Opinion delivered April 20, 1942.
1. SCHOOLS AND SCHOOL DISTRICTS. — Teachers and other patrons related to members of the board of directors within the fourth degree of consanguinity or affinity may not be employed, except on petition of two-thirds of patrons affected. [But see Act 389, approved March 26, 1941.] 2. SCHOOLS AND SCHOOL DISTRICTS. — Board of directors was without power to authorize teacher to employ a janitor where such teacher exercised the authority by hiring brother of a board member, this being the original intent, and compensation having been accomplished by adding to the teacher's salary a sum equal to the amount he had agreed to pay janitor. 3. SCHOOLS AND SCHOOL DISTRICTS. — Money from the state equalizing fund, when paid to a school district, becomes the payee's property, subject only to such control as the state has imposed. 4. SCHOOLS AND SCHOOL DISTRICTS. — Action of directors in "padding" warrants issued to teachers and bus drivers, and using the excess to defray cost of completing gymnasium begun as NYA project, was illegal. Judgments against all who participated in the scheme were properly rendered. 5. LIMITATION OF ACTIONS. — While fraudulent execution of illegal warrants remained undisclosed, with concealment of transactions by which money was withdrawn from treasury, statute of limitation did not begin to run.
Appeal from White Chancery Court; Frank H. Dodge, Chancellor; affirmed.
Rowland H. Lindsey and R. W. Robins, for appellant.
Yingling Yingling, for appellee.
Two teachers, one former teacher, three bus drivers, also directors of Floyd Special School District No. 37 of White county, and others, were sued by thirty-nine taxpayers. Charges were fraudulent diversions of school money.
In substance, appellees' abstract of charges is: ". . . said board of directors purchased in the name of the school district a school bus for one of the defendant bus drivers and issued the warrants of the district in payment thereof; that the defendant Cal Aclin, doing business as Searcy Truck and Tractor Company, who was agent of International Harvester Company, was a party to the fraudulent purchase by the district of said school bus; that warrants were issued to certain of the school directors for alleged services performed by them in violation of the law; that illegal warrants drawn by said board of directors were in possession of Security Bank, some of which had been paid and charged to the district; that certain warrants had been drawn payable to said bank purporting to be for services performed by the bank; that bus drivers were related within the prohibited degree to certain directors and had been employed illegally. "Appellants made denial, after which they admitted certain allegations by affirmatively pleading that warrants were issued in payment of expenses incurred and services performed by designated directors, and that warrants had been issued to bus drivers and teachers, purporting to be for services rendered the district by them, but which were in fact to pay for a gymnasium, it being alleged the warrants were issued against the `equalizing fund,' with respect to which they expressly pleaded that `the directors contend that if they have violated the laws, the state board of education has jurisdiction over them, and taxpayers are without authority to sue, especially since the matters they object to were paid out of equalizing funds and not local taxes or the state apportionment.' The answer made the further defense that the district had received benefit of all funds so expended."
Appellants, who were defendants below, stress the fact that those against whom judgments were rendered did not benefit personally by the transactions complained of. They say the district received value for all warrants issued, although process by which funds were withdrawn from the treasury was admittedly illegal. Limitation is pleaded.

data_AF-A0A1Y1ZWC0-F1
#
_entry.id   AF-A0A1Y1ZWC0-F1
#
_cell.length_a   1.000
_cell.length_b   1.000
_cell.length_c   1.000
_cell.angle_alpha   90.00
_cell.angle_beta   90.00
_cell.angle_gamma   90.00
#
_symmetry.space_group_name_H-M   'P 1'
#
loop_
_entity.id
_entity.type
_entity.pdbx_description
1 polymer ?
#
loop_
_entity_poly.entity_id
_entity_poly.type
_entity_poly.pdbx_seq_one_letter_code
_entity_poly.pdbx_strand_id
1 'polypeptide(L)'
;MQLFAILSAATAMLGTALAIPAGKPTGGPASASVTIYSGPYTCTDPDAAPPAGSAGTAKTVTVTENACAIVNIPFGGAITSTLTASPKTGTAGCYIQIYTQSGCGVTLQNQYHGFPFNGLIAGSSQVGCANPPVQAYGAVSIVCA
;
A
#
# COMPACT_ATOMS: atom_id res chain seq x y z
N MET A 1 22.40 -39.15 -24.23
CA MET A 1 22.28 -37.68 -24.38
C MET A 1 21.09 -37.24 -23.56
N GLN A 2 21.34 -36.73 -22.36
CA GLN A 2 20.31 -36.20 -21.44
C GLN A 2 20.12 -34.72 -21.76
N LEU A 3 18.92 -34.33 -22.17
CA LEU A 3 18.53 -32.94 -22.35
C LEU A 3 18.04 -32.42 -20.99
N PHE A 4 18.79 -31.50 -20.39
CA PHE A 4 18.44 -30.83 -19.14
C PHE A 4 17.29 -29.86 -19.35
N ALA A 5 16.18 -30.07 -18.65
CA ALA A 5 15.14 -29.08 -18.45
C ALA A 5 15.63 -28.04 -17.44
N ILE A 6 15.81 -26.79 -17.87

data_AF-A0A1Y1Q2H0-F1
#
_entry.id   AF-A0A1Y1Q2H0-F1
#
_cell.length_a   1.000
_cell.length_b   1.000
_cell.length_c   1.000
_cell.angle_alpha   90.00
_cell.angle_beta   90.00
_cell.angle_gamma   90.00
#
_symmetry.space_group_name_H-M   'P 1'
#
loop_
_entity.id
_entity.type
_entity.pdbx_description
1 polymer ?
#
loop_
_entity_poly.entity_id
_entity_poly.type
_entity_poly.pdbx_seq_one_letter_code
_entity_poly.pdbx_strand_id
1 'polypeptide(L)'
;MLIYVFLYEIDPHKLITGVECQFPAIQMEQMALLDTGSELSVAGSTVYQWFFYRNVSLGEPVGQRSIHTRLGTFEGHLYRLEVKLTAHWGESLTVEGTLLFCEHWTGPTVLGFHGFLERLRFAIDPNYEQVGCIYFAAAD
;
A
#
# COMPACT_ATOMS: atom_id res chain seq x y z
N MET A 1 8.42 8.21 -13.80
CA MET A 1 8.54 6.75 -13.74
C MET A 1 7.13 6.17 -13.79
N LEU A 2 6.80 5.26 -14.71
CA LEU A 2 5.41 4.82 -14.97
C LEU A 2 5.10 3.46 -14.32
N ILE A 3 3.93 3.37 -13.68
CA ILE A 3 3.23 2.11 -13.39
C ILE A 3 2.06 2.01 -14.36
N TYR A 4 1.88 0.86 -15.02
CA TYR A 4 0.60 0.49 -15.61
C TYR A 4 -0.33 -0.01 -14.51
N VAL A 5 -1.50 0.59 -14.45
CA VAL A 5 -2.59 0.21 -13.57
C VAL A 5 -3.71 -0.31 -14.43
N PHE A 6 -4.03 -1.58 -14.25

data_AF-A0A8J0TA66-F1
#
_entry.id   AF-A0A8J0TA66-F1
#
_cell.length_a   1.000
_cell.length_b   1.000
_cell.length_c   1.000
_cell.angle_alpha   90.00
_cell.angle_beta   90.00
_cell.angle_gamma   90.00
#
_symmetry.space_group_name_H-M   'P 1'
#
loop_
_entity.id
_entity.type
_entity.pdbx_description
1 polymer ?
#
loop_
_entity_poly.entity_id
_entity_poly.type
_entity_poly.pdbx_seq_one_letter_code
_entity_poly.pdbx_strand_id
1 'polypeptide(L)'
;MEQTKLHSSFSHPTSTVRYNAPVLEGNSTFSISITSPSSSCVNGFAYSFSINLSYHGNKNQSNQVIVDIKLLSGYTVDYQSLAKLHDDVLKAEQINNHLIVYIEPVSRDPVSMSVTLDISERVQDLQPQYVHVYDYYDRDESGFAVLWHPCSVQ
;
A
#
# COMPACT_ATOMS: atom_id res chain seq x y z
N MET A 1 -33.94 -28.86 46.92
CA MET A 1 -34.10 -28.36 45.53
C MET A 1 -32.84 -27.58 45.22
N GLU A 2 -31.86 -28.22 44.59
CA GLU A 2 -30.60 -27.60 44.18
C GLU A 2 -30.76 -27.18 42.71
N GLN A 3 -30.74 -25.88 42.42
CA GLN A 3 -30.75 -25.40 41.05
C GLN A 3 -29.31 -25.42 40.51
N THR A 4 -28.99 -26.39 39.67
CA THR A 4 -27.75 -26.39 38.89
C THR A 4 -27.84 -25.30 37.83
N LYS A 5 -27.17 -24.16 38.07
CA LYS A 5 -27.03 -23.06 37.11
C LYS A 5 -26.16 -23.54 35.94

When employed, each of the three bus drivers was related to one or more of the directors within the prohibited degree. There was no satisfactory proof, it is argued, that two-thirds of the school patrons signed petitions requesting directors to employ teachers who were related to members of the board within the fourth degree. [But see Act 389, approved March 26, 1941.]
Section 97, Act 169, approved March 25, 1931; Pope's Digest, 11535. Although other subdivisions of 97 have been amended, subdivision "d" regulating employment of teachers was not affected prior to 1941.
Employment of J. R. Lammers as janitor is an example of indirect methods to which recourse was had. Griffin, a teacher, was authorized by the directors to hire a janitor. He engaged Lammers. Payment was accomplished by adding Lammers' salary to Griffin's compensation. Effect was that school records did not disclose Lammers' dual status: janitor and member of the board.
O. T. Dulaney was chairman of the board. A bus was purchased in the district's name for O. L. Dulaney, who was O. T.'s brother. Sales tax was paid by the district.
During December, 1939, on a salary of $100 per month, O. L. Dulaney, as bus driver, drew more than $600. He admitted the bus was purchased as his personal property, although postdated school warrants issued in part payment August 1, 1938, were outstanding when suit was filed November 5, 1940.
While O. T. Dulaney was chairman, Thomas, a brother-in-law, operated a bus for the district under contract. It belonged to Dulaney, who testified Thomas procured it by lease.
Significance attaches to the fact that payment of $250 by warrant was made to M. D. King, a teacher. This occurred, it is said, before the district contracted with him. King purchased real property from O. T. Dulaney (as appellees' counsel expresses it) ". . . about the same date, paying therefor $250. While King would not admit the warrant was issued to enable him to make the purchase, he did not deny it."
Copies of teacher and bus driver contracts were not filed, as provided by law.
O. T. Dulaney, while chairman, used his truck to transport lumber and other building materials for the district and was substantially compensated. He was paid in cash realized from excess amounts added to salaries of teachers and bus drivers.
There were many irregularities. The marginal tabulation shows twenty-four items found by the court to have been fraudulent. O. L. Dulaney settled for the postdated warrants. King also settled. Charges against C. A. Turpin, L. M. House, M. D. King and his wife, Cal Aclin, International Harvester Company, and Mrs. John V. Crockett, county treasurer, were dismissed. The tabulation is an itemization of judgments, all of which were joint and several, and amounted to $2,209.61. Security Bank paid $174.62 (the amount adjudged against it representing sums added to warrants payable to O. T. Dulaney and cashed by the bank). Net judgments, exclusive of interest, are $2,034.99.